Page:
Palaeo-research in Africa: relevance to sustainable environmental management and significance for the future
Africa’s environment is closely linked with its climate, so that climatic constraints have been a major force in the development of vegetation, soils, agriculture and general livelihood (Nicholson 2001). The African continent, one of the most vulnerable regions to climate change, is subject to frequent droughts and famine. These events reflect the large range of climatic variability that envelops mean trends in the major climatic parameters such as temperature and precipitation. Africa will experience the effects of the human-induced changes in climate, but much work remains to be done in trying to isolate those aspects of African climate variability that are natural from those that are related to human influences (Hulme et al. 2001). However, the current economic decline caused by high rate of population growth, inefficient resource use, weak institutional capacity, inadequate human resources, low levels of investment and savings and a general decline in income and living standards is expected to impair Africa’s capacity to respond effectively to disruptions emanating from climate change (Ottichilo et al. 1991). Nonetheless, effective responses to climate change impacts can only evolve from an understanding of the driving forces of climate change and from effective prediction of the future state, not only on seasonal or annual time-scales, but also on inter-annual and decadal timescales. The short instrumental record in Africa (mainly from the late 1880s to present) does not provide an adequately long time-series to capture and understand fully the range of natural climate variability, nor the frequency and intensity of unique events such as El Niño. It is an impediment to the recognition and understanding of the complex workings and interactions of long-term (decadal, inter-decadal or centennial scale) features of the climate system. For this, we have to turn to the palaeo-records archived within the continent.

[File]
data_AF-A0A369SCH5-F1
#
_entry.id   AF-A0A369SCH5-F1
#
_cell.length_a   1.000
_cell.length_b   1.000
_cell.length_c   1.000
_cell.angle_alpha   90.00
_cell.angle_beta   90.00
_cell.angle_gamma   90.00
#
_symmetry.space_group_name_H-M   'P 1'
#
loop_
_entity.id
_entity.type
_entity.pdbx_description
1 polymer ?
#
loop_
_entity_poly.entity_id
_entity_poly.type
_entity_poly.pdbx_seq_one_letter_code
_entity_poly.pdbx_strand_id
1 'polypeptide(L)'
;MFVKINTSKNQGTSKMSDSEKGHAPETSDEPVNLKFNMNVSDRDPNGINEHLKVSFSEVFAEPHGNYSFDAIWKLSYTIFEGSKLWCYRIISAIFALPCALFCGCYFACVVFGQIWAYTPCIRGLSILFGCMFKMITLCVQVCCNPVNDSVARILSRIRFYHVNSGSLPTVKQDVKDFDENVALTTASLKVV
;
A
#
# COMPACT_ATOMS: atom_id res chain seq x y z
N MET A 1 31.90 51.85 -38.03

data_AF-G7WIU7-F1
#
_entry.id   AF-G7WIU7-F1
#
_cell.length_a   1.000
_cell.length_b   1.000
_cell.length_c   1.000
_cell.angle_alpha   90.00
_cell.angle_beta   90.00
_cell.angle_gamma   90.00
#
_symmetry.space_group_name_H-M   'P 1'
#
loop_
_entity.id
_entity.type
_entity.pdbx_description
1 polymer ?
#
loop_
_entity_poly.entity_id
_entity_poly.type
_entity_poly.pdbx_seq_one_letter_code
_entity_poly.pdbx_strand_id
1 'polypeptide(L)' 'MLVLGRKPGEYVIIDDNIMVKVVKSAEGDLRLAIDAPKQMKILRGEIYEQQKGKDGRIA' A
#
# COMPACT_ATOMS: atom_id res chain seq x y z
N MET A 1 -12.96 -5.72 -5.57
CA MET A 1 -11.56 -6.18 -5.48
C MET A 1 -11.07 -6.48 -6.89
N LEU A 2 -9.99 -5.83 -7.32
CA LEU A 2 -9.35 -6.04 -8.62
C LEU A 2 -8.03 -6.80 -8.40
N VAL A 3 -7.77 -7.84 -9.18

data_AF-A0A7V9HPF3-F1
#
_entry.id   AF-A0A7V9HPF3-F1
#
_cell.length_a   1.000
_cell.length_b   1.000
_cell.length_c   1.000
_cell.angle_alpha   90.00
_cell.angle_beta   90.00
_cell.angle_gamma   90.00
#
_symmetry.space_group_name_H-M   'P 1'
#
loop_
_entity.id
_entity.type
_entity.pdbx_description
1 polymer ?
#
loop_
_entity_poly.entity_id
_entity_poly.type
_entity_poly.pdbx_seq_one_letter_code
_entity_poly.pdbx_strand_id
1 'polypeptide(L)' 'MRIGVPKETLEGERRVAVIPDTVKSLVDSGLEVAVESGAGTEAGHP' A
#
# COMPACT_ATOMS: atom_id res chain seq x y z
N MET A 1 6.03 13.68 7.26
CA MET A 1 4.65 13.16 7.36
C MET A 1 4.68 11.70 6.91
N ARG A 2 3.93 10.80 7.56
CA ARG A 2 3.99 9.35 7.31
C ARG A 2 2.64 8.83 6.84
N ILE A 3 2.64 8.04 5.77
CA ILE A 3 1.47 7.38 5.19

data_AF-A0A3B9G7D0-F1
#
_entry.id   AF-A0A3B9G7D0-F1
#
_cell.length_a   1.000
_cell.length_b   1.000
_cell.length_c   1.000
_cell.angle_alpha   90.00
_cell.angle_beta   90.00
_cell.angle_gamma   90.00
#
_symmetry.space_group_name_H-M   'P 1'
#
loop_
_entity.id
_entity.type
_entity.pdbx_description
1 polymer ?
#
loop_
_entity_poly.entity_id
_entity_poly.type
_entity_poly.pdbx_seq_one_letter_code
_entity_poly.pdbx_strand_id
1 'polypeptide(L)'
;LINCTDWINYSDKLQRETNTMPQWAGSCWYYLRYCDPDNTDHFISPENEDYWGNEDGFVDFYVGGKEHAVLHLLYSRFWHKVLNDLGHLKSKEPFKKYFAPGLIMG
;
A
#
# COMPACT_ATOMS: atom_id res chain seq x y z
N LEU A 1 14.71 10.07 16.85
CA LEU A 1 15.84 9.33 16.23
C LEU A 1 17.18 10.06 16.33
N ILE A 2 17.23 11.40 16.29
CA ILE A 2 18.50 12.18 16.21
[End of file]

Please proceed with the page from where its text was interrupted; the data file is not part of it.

KeywordsNile Perch East African Rift Natural Climate Variability African Climate African Great Lake
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